Google Changing To Renewable Energy

Google Going Off The Power Grid:

Google announced in 2016 that in 2017 Google will be able to power all of it global centers and their corporate offices using 100% renewable energy. Google uses the same amount of energy as the city of San Francisco uses. With all of the offices, data centers and all their production companies around the country and world this is a large undertaking by Google to turn towards renewable energy and not rely on fossil fuels.

In the last several years Google started to look at signing long-term agreements to purchase renewable energy from solar and wind turbine farm suppliers. A lot of effort took place by top level executives behind the scenes to make these large purchases of carbon-free renewable energy purchase
agreements with twenty plus renewable energy projects. Technology companies similar
to Google use a lot of power to make their systems work and with electricity cost continue to rise electricity is one of the largest expense for these technology firms.
The Technology Giant
This technology giant is already the world’s largest corporate purchaser of renewable energy. Technology firms are one of the
biggest users of fossil fuels even more so than the aviation industry. Other tech companies like Apple and Microsoft have announced that they are looking into plans to power their data centers with forms or renewable energy. Apple has even entered into partnership with First Solar to invest 850 million in a solar plant. More and more corporations are looking into renewable power as their sources of energy. In the next several months we should be hearing updates about how the change is taking place for corporations like Google and Apple to switch from traditional electricity from the power
grid to renewable energy in an effort to reduce the carbon environmental footprint.

Tom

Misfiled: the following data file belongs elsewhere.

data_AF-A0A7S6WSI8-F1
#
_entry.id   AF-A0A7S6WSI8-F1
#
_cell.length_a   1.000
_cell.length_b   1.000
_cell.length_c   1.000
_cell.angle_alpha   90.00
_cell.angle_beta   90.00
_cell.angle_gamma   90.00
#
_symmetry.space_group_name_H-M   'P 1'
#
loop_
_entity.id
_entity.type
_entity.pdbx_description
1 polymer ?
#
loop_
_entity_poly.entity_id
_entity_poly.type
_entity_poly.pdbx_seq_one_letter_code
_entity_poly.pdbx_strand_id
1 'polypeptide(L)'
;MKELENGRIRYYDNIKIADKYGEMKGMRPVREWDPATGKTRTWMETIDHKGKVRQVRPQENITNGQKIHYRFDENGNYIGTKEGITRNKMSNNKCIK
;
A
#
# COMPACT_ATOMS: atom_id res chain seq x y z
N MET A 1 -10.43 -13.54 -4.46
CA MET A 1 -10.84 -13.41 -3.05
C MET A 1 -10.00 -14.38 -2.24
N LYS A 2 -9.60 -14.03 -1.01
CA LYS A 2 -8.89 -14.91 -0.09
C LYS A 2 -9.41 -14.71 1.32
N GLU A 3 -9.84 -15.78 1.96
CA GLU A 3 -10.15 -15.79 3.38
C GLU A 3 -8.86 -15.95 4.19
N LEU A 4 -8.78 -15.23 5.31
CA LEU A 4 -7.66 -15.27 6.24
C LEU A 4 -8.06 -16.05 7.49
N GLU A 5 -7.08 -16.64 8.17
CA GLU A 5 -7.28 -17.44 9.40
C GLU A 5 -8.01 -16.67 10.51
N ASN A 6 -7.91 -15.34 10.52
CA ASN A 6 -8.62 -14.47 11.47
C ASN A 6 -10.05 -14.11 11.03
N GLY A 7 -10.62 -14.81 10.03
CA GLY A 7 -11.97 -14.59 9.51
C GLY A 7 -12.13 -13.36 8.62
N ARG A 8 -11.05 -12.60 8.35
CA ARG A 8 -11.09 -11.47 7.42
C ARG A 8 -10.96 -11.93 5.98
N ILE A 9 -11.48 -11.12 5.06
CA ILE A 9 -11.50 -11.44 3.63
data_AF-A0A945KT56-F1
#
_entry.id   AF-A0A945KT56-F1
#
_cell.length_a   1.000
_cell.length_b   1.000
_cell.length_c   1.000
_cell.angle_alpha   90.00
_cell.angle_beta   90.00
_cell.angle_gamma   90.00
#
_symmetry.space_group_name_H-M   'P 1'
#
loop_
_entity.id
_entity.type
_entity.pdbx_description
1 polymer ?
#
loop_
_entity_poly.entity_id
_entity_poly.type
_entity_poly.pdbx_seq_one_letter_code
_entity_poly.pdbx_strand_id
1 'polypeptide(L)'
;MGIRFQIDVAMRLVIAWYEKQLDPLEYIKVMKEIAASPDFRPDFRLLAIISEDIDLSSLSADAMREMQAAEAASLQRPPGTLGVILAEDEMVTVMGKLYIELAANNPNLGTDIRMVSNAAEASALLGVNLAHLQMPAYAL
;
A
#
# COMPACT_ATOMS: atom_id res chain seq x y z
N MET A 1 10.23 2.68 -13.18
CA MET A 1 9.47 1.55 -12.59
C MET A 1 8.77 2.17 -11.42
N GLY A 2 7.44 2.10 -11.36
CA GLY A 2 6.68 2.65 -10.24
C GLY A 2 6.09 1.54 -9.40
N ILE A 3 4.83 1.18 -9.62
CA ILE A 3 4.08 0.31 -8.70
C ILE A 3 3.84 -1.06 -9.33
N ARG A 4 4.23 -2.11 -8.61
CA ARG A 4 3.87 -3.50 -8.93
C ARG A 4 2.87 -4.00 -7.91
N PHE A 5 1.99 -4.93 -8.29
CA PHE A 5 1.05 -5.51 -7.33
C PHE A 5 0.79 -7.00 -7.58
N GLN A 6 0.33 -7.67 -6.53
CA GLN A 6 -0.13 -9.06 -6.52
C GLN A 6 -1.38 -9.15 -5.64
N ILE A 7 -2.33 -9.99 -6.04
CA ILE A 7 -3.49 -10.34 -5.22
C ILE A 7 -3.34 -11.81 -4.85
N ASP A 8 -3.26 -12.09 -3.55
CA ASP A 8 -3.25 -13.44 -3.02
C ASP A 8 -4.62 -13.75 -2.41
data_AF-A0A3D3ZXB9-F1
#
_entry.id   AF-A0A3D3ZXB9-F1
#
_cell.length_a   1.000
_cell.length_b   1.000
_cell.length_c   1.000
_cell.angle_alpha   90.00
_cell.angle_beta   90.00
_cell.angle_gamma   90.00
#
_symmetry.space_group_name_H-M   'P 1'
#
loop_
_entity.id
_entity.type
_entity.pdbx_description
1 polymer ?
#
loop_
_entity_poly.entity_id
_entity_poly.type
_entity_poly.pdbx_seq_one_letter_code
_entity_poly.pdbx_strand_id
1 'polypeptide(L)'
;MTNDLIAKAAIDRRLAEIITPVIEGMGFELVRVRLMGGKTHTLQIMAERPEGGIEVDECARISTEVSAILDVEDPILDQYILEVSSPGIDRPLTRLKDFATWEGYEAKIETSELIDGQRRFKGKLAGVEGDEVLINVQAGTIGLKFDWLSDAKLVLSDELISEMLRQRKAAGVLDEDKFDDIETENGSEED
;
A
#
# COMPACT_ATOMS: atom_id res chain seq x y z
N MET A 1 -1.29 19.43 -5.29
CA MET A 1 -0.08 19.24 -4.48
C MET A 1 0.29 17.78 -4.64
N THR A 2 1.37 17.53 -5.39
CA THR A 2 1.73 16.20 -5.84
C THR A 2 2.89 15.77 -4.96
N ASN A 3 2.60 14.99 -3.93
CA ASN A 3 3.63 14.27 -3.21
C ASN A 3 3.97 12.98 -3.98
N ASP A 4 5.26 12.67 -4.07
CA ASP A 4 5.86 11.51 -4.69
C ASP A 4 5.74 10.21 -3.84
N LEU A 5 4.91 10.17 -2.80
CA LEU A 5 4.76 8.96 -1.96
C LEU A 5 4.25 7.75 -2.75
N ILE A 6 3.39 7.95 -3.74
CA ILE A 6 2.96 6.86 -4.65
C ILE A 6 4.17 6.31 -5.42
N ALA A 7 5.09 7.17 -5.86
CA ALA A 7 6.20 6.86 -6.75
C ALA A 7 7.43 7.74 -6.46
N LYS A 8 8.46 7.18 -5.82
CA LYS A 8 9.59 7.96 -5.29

I have always had an enthusiasm for homesteading and for living off the grid even though I live in a combination of country and urban setting. Living in Central Florida north of the big cities we have the best of both worlds, country and the conveniences that a person would have living in a large urban city. I personally have had a concern about our weakening economy and how it effects each and every-one of us. The second thing that I have a concern about is how most of the world view’s our country and what may happen one day here in the United States. My Life Experiences I was raised by parents that grew up during the great depression, they passed onto me what life was like and how people had to live during this time period. My family were farmers, gardeners, and homesteaders, they were raised this way and they passed onto me these qualities. I also have family members that live totally off the grid. They live in the North Woods of Minnesota which is a great location for living off the grid. The Southern Homesteader is a passion of mine, I love passing on and sharing information about cooking, news, being self-sufficient, living off the grid, canning, food storage, budgeting, and much more. Since this blog is a passion of mine I am constantly adding and tweaking this site to be a better resource for you. More About Me I grew up in Northern Illinois farm fields. After spending most of my life in large corporate business I decided to relocate to a small town on the nature coast of Central Florida. This is where I met my wife and between us we have 4 wonderful daughters. We have a small homestead where we raise our chicken and live freely. We also have a bug-out place in the mountains of North Carolina that we call our retreat. We spend time there getting things prepared for all our family members when SHTF. I am blessed with a wonderful family and the knowledge that God has given me so I can pass this along to you the readers. I will never tell what you what to do or what to purchase, I just am offering my opinion. I want to take this time to thank each and every one of you. Always feel free to contact me and drop me a note. I will do my best to respond to your emails in a timely manner. Thank you again, Tom Johnson